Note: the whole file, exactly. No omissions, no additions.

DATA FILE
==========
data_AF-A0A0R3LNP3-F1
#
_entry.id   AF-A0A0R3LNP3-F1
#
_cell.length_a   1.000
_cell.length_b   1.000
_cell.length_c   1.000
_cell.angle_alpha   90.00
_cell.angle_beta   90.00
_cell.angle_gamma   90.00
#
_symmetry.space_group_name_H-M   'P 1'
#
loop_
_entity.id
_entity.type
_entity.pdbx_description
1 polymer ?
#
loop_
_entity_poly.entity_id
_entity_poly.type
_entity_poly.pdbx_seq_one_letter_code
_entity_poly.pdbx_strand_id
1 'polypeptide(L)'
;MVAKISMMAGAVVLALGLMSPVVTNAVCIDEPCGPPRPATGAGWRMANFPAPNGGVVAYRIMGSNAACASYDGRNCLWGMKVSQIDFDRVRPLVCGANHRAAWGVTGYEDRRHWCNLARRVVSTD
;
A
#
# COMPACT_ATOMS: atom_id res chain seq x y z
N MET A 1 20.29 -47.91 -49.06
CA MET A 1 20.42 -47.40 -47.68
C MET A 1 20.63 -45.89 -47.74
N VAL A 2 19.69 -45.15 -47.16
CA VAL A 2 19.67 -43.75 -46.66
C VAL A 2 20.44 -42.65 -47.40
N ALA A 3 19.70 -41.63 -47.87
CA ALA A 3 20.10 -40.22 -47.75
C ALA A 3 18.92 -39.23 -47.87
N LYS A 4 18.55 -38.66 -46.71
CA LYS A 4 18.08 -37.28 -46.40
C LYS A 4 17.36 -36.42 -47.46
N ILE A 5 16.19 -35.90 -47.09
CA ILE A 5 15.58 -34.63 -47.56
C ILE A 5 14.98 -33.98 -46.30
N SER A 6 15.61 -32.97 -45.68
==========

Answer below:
data_AF-A0A0R3LNP3-F1
#
_entry.id   AF-A0A0R3LNP3-F1
#
_cell.length_a   1.000
_cell.length_b   1.000
_cell.length_c   1.000
_cell.angle_alpha   90.00
_cell.angle_beta   90.00
_cell.angle_gamma   90.00
#
_symmetry.space_group_name_H-M   'P 1'
#
loop_
_entity.id
_entity.type
_entity.pdbx_description
1 polymer ?
#
loop_
_entity_poly.entity_id
_entity_poly.type
_entity_poly.pdbx_seq_one_letter_code
_entity_poly.pdbx_strand_id
1 'polypeptide(L)'
;MVAKISMMAGAVVLALGLMSPVVTNAVCIDEPCGPPRPATGAGWRMANFPAPNGGVVAYRIMGSNAACASYDGRNCLWGMKVSQIDFDRVRPLVCGANHRAAWGVTGYEDRRHWCNLARRVVSTD
;
A
#
# COMPACT_ATOMS: atom_id res chain seq x y z
N MET A 1 20.29 -47.91 -49.06
CA MET A 1 20.42 -47.40 -47.68
C MET A 1 20.63 -45.89 -47.74
N VAL A 2 19.69 -45.15 -47.16
CA VAL A 2 19.67 -43.75 -46.66
C VAL A 2 20.44 -42.65 -47.40
N ALA A 3 19.70 -41.63 -47.87
CA ALA A 3 20.10 -40.22 -47.75
C ALA A 3 18.92 -39.23 -47.87
N LYS A 4 18.55 -38.66 -46.71
CA LYS A 4 18.08 -37.28 -46.40
C LYS A 4 17.36 -36.42 -47.46
N ILE A 5 16.19 -35.90 -47.09
CA ILE A 5 15.58 -34.63 -47.56
C ILE A 5 14.98 -33.98 -46.30
N SER A 6 15.61 -32.97 -45.68